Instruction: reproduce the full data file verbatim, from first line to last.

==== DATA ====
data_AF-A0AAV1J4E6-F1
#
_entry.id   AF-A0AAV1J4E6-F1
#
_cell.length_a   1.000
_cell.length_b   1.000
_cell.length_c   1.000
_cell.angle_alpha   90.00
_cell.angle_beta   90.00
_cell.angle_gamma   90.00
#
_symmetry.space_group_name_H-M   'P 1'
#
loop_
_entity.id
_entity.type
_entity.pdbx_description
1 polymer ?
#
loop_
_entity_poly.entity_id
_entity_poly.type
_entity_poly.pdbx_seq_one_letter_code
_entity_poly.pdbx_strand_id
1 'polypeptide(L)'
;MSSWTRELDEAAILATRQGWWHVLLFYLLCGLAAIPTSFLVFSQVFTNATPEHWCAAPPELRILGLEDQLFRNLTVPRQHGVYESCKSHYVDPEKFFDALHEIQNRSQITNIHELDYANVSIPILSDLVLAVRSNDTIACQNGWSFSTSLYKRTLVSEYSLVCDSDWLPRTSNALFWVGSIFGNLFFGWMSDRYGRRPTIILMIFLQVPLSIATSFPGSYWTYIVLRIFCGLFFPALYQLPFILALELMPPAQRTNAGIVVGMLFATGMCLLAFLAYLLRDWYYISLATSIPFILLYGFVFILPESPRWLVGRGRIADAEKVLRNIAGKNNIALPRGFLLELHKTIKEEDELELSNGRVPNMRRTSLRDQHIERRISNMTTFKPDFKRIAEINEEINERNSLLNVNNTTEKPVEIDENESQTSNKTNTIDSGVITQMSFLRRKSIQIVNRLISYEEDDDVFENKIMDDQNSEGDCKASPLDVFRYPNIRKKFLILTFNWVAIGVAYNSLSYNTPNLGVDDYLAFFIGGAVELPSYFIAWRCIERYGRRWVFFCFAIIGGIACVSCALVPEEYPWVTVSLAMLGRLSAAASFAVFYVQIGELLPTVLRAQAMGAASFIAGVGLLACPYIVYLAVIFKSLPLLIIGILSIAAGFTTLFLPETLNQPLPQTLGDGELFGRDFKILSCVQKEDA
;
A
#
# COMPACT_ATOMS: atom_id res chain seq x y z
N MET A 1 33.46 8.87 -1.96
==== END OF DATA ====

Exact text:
data_AF-A0AAV1J4E6-F1
#
_entry.id   AF-A0AAV1J4E6-F1
#
_cell.length_a   1.000
_cell.length_b   1.000
_cell.length_c   1.000
_cell.angle_alpha   90.00
_cell.angle_beta   90.00
_cell.angle_gamma   90.00
#
_symmetry.space_group_name_H-M   'P 1'
#
loop_
_entity.id
_entity.type
_entity.pdbx_description
1 polymer ?
#
loop_
_entity_poly.entity_id
_entity_poly.type
_entity_poly.pdbx_seq_one_letter_code
_entity_poly.pdbx_strand_id
1 'polypeptide(L)'
;MSSWTRELDEAAILATRQGWWHVLLFYLLCGLAAIPTSFLVFSQVFTNATPEHWCAAPPELRILGLEDQLFRNLTVPRQHGVYESCKSHYVDPEKFFDALHEIQNRSQITNIHELDYANVSIPILSDLVLAVRSNDTIACQNGWSFSTSLYKRTLVSEYSLVCDSDWLPRTSNALFWVGSIFGNLFFGWMSDRYGRRPTIILMIFLQVPLSIATSFPGSYWTYIVLRIFCGLFFPALYQLPFILALELMPPAQRTNAGIVVGMLFATGMCLLAFLAYLLRDWYYISLATSIPFILLYGFVFILPESPRWLVGRGRIADAEKVLRNIAGKNNIALPRGFLLELHKTIKEEDELELSNGRVPNMRRTSLRDQHIERRISNMTTFKPDFKRIAEINEEINERNSLLNVNNTTEKPVEIDENESQTSNKTNTIDSGVITQMSFLRRKSIQIVNRLISYEEDDDVFENKIMDDQNSEGDCKASPLDVFRYPNIRKKFLILTFNWVAIGVAYNSLSYNTPNLGVDDYLAFFIGGAVELPSYFIAWRCIERYGRRWVFFCFAIIGGIACVSCALVPEEYPWVTVSLAMLGRLSAAASFAVFYVQIGELLPTVLRAQAMGAASFIAGVGLLACPYIVYLAVIFKSLPLLIIGILSIAAGFTTLFLPETLNQPLPQTLGDGELFGRDFKILSCVQKEDA
;
A
#
# COMPACT_ATOMS: atom_id res chain seq x y z
N MET A 1 33.46 8.87 -1.96